Solemn recognition for Melbourne’s first Indigenous medical graduate
As part of the Melbourne Medical School’s sesquicentenary celebrations, a solemn handover ceremony was held in the University of Melbourne’s Raymond Priestley Building late last month to recognise the significant Indigenous contribution to the School’s long and distinguished history.
The gift of a possum skin cloak, commissioned by the Faculty of Medicine, Dentistry and Health Sciences and fashioned by local Wurundjeri artist Mandy Thomas (nee Nicholson), was presented to the Murrup Barak Melbourne Institute’s Director Professor Ian Anderson. Later in the afternoon of the same day, Professor Anderson, the University’s first Indigenous medical graduate, was conferred the degree of Doctor of Medical Science (honoris causa).
“This is one of the highest honours the University can bestow, one infrequently proposed and sparingly given,” says University of Melbourne Chancellor Elizabeth Alexander.
Professor Anderson donned the cloak for an academic procession which included nine other Melbourne graduates honoured for their remarkable achievements and whose lives and careers have, in Chancellor Alexander’s estimation, “generated enduring improvements in the health and wellbeing of individuals and communities across the world.”
The conferral ceremony was the first of such formal University occasions at which the cloak will feature.
“The cloak is a rare and significant cultural gift,” says Professor Anderson. “It is also a gift to the University of the Wurundjeri. It honours the Wurunderji tradition, their high formal culture and their countrymen, the Bunerorong, Waudawurrung, Dja Dja Wurrung, and Tungwurrung.”
Professor Anderson accepted the gift of the possum skin cloak with characteristic humility, and quietly asked guests to cast their minds back 150 years.
The timeframe is significant, marking as it does the opening of the Melbourne Medical School and pointing to a period of catastrophic impact on Melbourne’s first peoples.
“For the Wurundjeri 150 years ago the situation was dire,” Professor Anderson says. “The colonisation of Victoria had been rapid and cataclysmic. Within a matter of two decades, the Aboriginal peoples of Victoria were reduced to a tiny number.
“The historical records tell us of Wurundjeri dying of starvation in the streets of Melbourne. And for nearly 20 years, no Aboriginal babies were born who survived to leave family.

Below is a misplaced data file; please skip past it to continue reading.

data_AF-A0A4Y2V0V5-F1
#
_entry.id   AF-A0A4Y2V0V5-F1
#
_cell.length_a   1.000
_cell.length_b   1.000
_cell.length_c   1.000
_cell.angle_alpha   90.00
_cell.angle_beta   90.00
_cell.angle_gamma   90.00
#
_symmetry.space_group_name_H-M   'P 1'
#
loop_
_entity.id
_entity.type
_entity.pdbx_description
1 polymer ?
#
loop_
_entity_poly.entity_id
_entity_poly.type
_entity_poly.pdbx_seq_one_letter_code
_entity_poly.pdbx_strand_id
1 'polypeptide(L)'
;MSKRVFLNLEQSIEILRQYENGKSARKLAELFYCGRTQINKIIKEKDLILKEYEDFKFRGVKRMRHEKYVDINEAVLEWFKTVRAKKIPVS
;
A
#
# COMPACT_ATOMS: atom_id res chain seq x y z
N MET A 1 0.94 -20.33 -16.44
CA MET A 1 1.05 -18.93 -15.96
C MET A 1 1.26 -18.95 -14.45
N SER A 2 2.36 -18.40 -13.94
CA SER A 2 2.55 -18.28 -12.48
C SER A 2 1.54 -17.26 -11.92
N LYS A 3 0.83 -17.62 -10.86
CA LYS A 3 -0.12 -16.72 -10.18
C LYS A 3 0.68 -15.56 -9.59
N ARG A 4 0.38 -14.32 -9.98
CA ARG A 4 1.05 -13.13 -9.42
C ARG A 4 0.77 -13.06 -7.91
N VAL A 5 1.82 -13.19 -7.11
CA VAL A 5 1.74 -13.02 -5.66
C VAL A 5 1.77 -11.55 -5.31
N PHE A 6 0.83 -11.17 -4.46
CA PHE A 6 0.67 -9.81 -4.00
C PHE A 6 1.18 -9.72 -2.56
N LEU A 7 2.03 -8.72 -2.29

“It was at this moment that a number of inspirational men and women, including nurungaeta (leaders, elders) Simon Wonga and William Barak made a profound contribution to the futures of their people. They were nurungaeta profoundly rooted in their cultural tradition who had a vision for their people as settled farmers.”
This vision resulted in the Coranderrk settlement near Healesville which for many years ran a successful enterprise selling wheat, hops and crafts to the growing market of Melbourne, winning first prize at the Melbourne International Exhibition.
It was also around this time in 1862 that the University of Melbourne opened its Medical School with an initial intake of four male students attending its first class – a chemistry lecture – given by John Macadam (after whom the macadamia nut is named) in his own laboratory.
Some 120 years later, a young Ian Anderson, whose family are Palawa Trowerna from the Pyemairrenner people in Tasmania which includes Trawlwoolway and Plairmairrenner and related clans, and who completed his secondary education in Bendigo, started studying medicine at the University of Melbourne. He went on to become its first medical graduate, director of its dedicated Indigenous institute named after Murrup Barak, Foundation Chair of Indigenous Health, and Assistant Vice-Chancellor of Indigenous Higher Education Policy.
It is significant that now, in this 150 year anniversary of the Melbourne Medical School’s establishment, population parity has been achieved for Aboriginal and Torres Strait Islander students going into the first year of medicine in universities across Australia.
“We obviously need to translate this into completions,” says Professor Anderson, “but it is a significant achievement and one worthy of much celebration.”
Professor James Best, head of the Melbourne Medical School, agrees. “The 150th anniversary is an opportunity to celebrate our wonderful history,” he says. “But it’s also an opportunity to plan a bright future, not only for the School, but for our students over the next 150 years.”